I wondered so many times why this blood test was not performed on me after my first loss, or why in fact it was not performed on all women who are trying to conceive, just so that they don’t have to go through what I had been through. If it had, I might have had two children already! To this day it is one of the fruitless questions that passes through my mind. But we moved forward… We would keep trying to get pregnant, and when I had a positive test, I would come in for an early ultrasound and bloodwork to confirm the pregnancy. Then I would start taking blood thinners, which would prevent the clotting problem. This part was not fun, it meant I had to give myself a shot every day for the entire pregnancy. But at least it was a tangible way to fix the problem.
This time it was another 6 months and we did not get pregnant. The fertility specialist then suggested using Femara at the beginning of my cycle (you take a pill for 5 days) and then using the Ovidrel trigger shot so we would know when ovulation was going to occur. They do an ultrasound on day 12 of your cycle to see how many eggs you have and how mature they are, and you do the shot on day 13, 14, or 15. It’s more complicated than that but in the interest of brevity, that’s basically the process. I did Femara and Ovidrel for 3 months, and on the 3rd try, we were pregnant again.
I called the doctor basically the moment that I saw that positive test! We had an ultrasound at 6 weeks, and lo and behold, there was the heartbeat. We saw this little flicker on the screen and I had another one of those life-standing-still moments. It was incredible. I cried and smiled and laughed with my husband! We had a viable pregnancy this time! There was a baby in there, and the heart was already beating! It was truly a miracle. I began the blood thinner shots and my pregnancy went completely normally afterwards, although the anxiety and worrying if everything was ok with the baby continued. I luckily had a natural-birth friendly OB-GYN this time, we hired a birth doula, and my husband was incredibly supportive through the emotional rollercoaster of pregnancy.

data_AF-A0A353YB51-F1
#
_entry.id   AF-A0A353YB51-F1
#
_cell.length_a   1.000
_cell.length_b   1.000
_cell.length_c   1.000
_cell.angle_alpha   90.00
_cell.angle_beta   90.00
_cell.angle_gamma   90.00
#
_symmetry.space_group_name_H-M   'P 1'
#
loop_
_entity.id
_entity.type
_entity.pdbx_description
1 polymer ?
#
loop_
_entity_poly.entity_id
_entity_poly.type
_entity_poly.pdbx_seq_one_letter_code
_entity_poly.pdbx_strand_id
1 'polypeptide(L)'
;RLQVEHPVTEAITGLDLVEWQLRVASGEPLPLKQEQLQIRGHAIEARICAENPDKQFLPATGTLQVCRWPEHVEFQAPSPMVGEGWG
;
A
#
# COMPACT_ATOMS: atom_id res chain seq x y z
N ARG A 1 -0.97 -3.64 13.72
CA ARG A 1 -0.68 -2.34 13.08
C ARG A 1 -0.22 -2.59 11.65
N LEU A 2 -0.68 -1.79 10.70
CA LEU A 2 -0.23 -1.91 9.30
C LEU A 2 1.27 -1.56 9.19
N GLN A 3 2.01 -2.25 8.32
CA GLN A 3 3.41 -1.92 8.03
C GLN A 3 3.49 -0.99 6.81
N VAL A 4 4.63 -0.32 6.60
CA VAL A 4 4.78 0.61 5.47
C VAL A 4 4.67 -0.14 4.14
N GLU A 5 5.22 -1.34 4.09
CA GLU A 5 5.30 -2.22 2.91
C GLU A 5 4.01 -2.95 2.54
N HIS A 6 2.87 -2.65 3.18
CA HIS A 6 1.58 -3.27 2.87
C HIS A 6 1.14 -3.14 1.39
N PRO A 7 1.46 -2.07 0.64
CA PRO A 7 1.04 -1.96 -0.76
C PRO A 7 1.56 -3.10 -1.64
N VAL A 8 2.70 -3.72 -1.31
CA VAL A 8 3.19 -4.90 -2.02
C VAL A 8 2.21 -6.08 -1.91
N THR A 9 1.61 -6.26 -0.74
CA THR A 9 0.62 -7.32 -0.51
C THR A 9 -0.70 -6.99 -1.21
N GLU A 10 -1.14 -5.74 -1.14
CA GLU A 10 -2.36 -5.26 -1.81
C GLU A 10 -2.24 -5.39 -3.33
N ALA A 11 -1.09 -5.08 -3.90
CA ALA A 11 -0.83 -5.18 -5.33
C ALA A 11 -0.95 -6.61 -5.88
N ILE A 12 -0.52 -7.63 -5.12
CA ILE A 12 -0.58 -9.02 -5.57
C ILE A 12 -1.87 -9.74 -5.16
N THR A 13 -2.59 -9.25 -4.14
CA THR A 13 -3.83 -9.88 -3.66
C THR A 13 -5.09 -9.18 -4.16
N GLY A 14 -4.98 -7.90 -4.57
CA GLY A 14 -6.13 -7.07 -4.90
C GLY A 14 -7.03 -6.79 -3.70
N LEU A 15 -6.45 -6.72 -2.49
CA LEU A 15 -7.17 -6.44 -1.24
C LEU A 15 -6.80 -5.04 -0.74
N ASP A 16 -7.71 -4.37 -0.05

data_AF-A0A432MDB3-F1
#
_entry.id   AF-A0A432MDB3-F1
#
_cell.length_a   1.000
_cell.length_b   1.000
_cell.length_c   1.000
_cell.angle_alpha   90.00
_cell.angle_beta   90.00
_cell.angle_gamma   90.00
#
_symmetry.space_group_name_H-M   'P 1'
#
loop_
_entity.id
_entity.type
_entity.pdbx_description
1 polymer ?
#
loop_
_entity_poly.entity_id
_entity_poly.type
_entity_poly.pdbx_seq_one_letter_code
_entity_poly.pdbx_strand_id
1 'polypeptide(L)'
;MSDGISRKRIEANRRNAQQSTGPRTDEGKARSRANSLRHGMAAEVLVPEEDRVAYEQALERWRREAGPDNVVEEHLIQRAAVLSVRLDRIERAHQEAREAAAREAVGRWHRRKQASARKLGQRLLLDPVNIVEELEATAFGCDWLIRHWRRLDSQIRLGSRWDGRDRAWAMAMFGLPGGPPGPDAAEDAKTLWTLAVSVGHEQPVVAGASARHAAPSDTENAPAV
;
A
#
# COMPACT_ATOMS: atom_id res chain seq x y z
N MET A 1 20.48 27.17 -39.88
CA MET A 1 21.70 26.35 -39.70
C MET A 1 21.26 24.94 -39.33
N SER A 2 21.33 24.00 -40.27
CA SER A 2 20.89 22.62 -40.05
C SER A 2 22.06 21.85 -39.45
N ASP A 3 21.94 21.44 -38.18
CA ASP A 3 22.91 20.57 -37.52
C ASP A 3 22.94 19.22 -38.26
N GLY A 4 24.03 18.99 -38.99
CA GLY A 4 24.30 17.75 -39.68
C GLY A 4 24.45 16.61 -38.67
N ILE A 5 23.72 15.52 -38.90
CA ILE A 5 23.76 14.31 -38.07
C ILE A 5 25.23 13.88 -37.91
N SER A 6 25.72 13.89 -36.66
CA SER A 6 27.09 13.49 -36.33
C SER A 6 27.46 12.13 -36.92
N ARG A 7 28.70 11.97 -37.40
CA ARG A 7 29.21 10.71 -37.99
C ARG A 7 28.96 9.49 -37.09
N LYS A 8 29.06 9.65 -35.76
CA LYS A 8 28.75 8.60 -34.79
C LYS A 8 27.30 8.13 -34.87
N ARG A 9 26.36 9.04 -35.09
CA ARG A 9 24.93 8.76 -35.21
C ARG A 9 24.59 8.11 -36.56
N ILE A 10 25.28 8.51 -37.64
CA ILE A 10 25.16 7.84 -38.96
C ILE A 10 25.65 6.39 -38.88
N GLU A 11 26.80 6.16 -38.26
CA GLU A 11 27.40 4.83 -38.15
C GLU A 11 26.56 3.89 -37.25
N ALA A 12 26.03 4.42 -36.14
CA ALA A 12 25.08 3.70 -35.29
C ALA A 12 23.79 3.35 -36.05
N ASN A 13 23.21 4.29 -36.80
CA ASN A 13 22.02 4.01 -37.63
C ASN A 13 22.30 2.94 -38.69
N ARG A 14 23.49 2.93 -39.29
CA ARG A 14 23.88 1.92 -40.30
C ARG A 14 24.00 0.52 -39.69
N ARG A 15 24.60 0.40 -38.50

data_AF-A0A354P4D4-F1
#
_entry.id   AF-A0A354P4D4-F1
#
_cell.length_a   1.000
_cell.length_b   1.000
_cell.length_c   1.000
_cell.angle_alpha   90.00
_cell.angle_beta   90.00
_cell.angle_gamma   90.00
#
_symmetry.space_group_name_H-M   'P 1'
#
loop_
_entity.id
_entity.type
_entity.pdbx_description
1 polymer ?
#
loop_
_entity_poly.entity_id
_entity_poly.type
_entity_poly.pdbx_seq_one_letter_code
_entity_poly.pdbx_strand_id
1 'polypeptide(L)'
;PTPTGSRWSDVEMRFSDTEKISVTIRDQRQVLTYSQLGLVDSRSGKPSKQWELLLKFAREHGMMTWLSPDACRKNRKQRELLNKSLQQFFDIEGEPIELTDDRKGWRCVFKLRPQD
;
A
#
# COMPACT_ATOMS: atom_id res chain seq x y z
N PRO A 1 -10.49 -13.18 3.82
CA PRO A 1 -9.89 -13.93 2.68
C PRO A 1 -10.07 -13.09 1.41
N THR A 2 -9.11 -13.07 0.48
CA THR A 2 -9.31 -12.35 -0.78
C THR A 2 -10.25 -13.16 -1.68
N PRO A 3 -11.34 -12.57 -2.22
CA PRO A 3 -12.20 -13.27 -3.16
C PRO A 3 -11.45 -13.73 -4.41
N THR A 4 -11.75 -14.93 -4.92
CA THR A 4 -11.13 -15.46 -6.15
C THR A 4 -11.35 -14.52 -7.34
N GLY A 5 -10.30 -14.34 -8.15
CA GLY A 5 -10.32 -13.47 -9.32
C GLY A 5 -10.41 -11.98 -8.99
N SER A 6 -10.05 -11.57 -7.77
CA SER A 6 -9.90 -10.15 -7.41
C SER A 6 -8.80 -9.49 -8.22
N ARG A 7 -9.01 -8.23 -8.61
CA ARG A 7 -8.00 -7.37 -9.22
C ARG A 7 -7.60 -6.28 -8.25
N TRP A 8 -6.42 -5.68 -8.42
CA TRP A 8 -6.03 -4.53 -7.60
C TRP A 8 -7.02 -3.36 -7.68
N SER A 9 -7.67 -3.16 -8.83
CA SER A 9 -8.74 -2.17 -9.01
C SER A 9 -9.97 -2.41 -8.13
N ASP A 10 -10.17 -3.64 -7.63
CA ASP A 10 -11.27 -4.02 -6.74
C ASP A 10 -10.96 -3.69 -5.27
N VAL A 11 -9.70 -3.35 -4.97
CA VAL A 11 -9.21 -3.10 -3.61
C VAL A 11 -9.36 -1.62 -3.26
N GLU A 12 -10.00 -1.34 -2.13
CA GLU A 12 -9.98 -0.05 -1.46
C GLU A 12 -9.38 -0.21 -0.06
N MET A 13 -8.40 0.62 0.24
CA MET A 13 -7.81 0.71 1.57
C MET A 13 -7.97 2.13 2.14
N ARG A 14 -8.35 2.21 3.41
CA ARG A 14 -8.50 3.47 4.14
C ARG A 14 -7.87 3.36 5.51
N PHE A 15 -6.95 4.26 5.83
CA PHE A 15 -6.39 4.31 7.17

Nine months later, my son was born. We hadn’t found out beforehand so it was a surprise when the doctor said, “You have a son!” It was also a surprise when, eight months after my first birth, another little plus sign showed up. We hadn’t even been trying to get pregnant! I guess it’s true what they say, that sometimes it is easier to get pregnant the second time. Now we have two sons, and they are 16 months apart in age. The past couple of years have been a whirlwind of being pregnant twice and raising one and now two children. The journey through the losses of our first two babies, and through the loss of my Dad around the same time, was one of the hardest times of my life. But look at where we are now! A family of four, growing and changing together.
I got through the hardest times by clinging to my husband, my family, and my friends, many of whom had experiences very similar to mine. It helped to talk about it sometimes, and it helped to lay in bed and do nothing sometimes. One important lesson I came away with was that there is no right way to grieve. No one can tell you how you are supposed to feel when you lose a child. You have to get through it in whatever seems like the best way to you. To some is a societal taboo to even mention that you have had a loss, but it happens to so many families in all kinds of different situations. We can and should talk about these losses, not only to normalize the topic but also so we are able to love and support one another through it.